William & Mary caught our eyes because we interviewed three transfer students there, and they all had great things to say about the support offered to transfers at W&M. We also noticed that W&M has a relatively high transfer acceptance rate; for fall 2009 it was 43.7%, which is higher than their freshmen acceptance rate of 33.5%.
When asked why she chose William & Mary, Tanya, who transferred from John Tyler Community College, explained:
I went to a Prospective Transfer Day at William & Mary. It was just for transfers. It set us apart from the freshmen. It was as if the college was saying, “We know you’ve been through this before. We know you’ve been in college. Let’s give you what we have to offer. Let’s skip the fluff.”
She got to meet with current transfer students and other people at the college, including the Dean of Transfer Students at the time:
I met with Kim Van Deusen, a dean who works with transfer admissions. I sat down and had a long conversation with her. I talked about what I wanted to do and my situation. She gave me the tools I needed. We talked about the application essay.
When it finally came time to decide on which college to transfer to, it wasn’t a tough decision for Tanya. She thought about the experience she had with William & Mary throughout her transfer application process:
All of these experiences helped me to feel a connection when I came to William & Mary. This is a very personal college that cares about the individual. A lot of colleges brag about this, but at William & Mary, they didn’t have to say it because they showed it to me.
Another great thing about William & Mary is the Transfer Student Ambassadors, a group of former and current transfers who are there to help people like you. Mea, who transferred from Bard College at Simon’s Rock, told us about the Transfer Student Ambassadors (TSA) and other ways that William & Mary makes transfers feel right at home:
TSA held social functions at the beginning of the semester and throughout the semester. They held meetings about picking your schedule and how to study for finals. The transfer coordinator for admissions has been especially helpful with getting credits. I’ve also gotten emails throughout the year about transfer students working to invite new transfer students in and host prospective transfers. So there certainly is a support system for transfers.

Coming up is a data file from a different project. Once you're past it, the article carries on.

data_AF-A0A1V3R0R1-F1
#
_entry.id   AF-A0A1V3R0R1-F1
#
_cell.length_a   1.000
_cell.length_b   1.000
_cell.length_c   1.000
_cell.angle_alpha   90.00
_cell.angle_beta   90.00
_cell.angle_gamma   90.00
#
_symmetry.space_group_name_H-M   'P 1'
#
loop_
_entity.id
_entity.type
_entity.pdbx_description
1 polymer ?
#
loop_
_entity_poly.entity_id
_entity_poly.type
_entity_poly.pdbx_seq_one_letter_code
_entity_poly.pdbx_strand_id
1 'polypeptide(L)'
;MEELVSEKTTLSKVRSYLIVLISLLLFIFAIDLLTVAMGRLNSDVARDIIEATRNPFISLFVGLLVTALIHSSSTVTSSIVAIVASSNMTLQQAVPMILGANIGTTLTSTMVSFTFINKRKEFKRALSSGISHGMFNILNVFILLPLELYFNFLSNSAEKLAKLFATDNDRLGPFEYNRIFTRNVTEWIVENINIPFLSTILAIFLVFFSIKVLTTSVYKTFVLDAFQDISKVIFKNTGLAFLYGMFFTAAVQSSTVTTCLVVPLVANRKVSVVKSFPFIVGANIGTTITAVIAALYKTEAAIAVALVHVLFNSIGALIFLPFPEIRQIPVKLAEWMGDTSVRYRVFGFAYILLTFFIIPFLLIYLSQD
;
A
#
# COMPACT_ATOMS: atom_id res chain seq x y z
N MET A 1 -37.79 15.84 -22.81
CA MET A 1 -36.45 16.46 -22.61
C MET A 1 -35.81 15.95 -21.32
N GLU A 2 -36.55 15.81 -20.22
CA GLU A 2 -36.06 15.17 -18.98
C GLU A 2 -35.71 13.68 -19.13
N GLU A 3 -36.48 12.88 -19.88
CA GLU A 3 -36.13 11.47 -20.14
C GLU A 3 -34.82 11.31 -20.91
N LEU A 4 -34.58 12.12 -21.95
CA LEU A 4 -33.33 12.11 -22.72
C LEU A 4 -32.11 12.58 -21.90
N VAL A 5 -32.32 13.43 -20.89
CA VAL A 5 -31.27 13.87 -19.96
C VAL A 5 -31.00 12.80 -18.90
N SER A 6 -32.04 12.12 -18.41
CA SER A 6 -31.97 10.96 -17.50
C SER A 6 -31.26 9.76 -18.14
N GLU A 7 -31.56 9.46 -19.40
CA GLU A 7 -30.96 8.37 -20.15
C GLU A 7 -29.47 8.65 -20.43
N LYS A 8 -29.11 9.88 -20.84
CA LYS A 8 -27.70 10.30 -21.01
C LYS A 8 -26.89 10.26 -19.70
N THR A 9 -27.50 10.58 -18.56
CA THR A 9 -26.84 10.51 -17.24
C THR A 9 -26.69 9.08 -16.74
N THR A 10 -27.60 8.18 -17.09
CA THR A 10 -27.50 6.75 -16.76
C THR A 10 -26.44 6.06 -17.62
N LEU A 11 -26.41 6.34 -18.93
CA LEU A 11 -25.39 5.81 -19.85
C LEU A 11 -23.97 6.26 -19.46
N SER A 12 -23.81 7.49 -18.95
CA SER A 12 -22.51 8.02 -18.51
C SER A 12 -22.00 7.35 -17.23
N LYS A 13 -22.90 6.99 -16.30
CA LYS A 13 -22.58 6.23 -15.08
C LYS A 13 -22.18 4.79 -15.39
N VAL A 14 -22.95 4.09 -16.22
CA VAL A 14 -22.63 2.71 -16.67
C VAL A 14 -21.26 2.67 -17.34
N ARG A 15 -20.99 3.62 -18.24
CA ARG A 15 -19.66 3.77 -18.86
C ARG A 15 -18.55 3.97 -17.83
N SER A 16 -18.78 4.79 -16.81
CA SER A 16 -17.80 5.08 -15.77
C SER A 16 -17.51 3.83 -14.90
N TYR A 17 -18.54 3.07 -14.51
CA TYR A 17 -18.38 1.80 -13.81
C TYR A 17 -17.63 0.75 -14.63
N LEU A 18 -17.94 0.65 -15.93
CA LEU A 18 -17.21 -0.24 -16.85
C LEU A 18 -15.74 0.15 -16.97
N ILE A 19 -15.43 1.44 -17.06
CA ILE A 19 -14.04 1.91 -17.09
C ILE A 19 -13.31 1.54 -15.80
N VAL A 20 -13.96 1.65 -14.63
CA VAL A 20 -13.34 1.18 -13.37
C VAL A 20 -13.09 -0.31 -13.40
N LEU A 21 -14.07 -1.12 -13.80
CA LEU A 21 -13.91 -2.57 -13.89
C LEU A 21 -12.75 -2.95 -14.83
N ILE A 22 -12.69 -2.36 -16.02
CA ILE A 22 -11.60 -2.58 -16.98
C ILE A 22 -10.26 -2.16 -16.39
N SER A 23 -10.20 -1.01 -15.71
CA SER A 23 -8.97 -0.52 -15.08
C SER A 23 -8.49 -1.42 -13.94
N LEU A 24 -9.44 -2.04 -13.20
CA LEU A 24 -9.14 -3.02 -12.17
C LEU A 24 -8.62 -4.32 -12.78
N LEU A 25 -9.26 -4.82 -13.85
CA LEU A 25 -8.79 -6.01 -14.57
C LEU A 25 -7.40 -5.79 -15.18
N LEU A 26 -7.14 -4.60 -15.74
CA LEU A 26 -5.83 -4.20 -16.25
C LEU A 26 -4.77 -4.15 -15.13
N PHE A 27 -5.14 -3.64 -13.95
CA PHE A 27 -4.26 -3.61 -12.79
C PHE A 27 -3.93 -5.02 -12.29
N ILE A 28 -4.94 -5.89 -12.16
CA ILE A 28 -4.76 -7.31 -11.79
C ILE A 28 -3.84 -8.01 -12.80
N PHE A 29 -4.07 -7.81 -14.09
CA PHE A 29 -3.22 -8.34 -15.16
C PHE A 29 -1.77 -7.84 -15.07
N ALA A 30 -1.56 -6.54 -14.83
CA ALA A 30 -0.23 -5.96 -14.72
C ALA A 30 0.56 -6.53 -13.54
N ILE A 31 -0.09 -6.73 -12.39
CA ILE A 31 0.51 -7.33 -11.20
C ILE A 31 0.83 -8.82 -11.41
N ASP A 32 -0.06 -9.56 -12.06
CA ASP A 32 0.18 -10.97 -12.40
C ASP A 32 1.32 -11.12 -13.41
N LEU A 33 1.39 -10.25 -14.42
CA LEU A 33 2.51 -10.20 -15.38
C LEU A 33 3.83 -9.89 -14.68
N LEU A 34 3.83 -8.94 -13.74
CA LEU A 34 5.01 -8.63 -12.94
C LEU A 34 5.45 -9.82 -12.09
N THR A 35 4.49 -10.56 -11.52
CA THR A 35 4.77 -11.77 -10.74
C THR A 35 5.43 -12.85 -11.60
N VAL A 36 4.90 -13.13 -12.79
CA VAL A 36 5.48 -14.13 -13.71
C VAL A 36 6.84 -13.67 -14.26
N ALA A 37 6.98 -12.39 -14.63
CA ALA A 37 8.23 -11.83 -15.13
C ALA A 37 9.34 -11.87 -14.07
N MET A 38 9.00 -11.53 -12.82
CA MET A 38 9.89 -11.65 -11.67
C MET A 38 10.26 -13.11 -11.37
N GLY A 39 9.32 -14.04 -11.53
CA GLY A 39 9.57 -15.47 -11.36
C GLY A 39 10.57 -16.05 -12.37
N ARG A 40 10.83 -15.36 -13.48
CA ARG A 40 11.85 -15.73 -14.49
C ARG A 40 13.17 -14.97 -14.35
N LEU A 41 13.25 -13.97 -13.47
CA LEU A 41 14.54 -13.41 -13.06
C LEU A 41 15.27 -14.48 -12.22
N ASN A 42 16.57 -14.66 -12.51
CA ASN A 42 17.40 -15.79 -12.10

Of course, no school deserves a 100% transfer friendliness rating. At William & Mary, for example, housing isn’t guaranteed for transfer students (see W&M’s FAQs page here), which isn’t unusual for colleges. Do your due diligence to see what each school offers and lacks. If possible, talk to current and former transfer students to get the real deal.
To give you more details that you won’t find on the William & Mary website, here’s the story of Chris P. (not to be confused with Chris, the co-author of The Transfer Book). For Chris, transferring to William & Mary was a second shot at his first choice school.
Chris attended a small private high school just outside of Cleveland, Ohio. The school had about 400 students in total, and a very comfortable, small community feel. Chris enjoyed his high school experience, but when it came time to choose a college to attend, he felt that he should get out of “the bubble” and try something larger. So he applied to a couple of big schools, Ohio University and Ohio State, with student populations of about 17,000 and 36,000 respectively. Oddly enough, however, Chris’ first choice—and the school that he had applied to early decision—wasn’t a larger school at all, and really had a completely different feel than his other choices. It was the College of William and Mary in Williamsburg, Virginia, student population 5,500.
“My brother went to William & Mary and every time he would come home he would talk about all the things he was involved in, and he would go on for like an hour, and I was amazed,” Chris said. “How can you do that much stuff? How can you be that excited about it?”
“Maybe this is a pretty cool place to be, even if it’s on the smaller side,” he thought.
Unfortunately, Chris’s application to William & Mary wasn’t successful. He ended up starting out at Ohio University, and when he got there, he discovered just how different his new surroundings were when some of his introductory courses had as many students as his entire high school. It didn’t help that he and his roommate didn’t get along, or that he didn’t like the way the administration ran things. It wasn’t long before Chris started to think about transferring.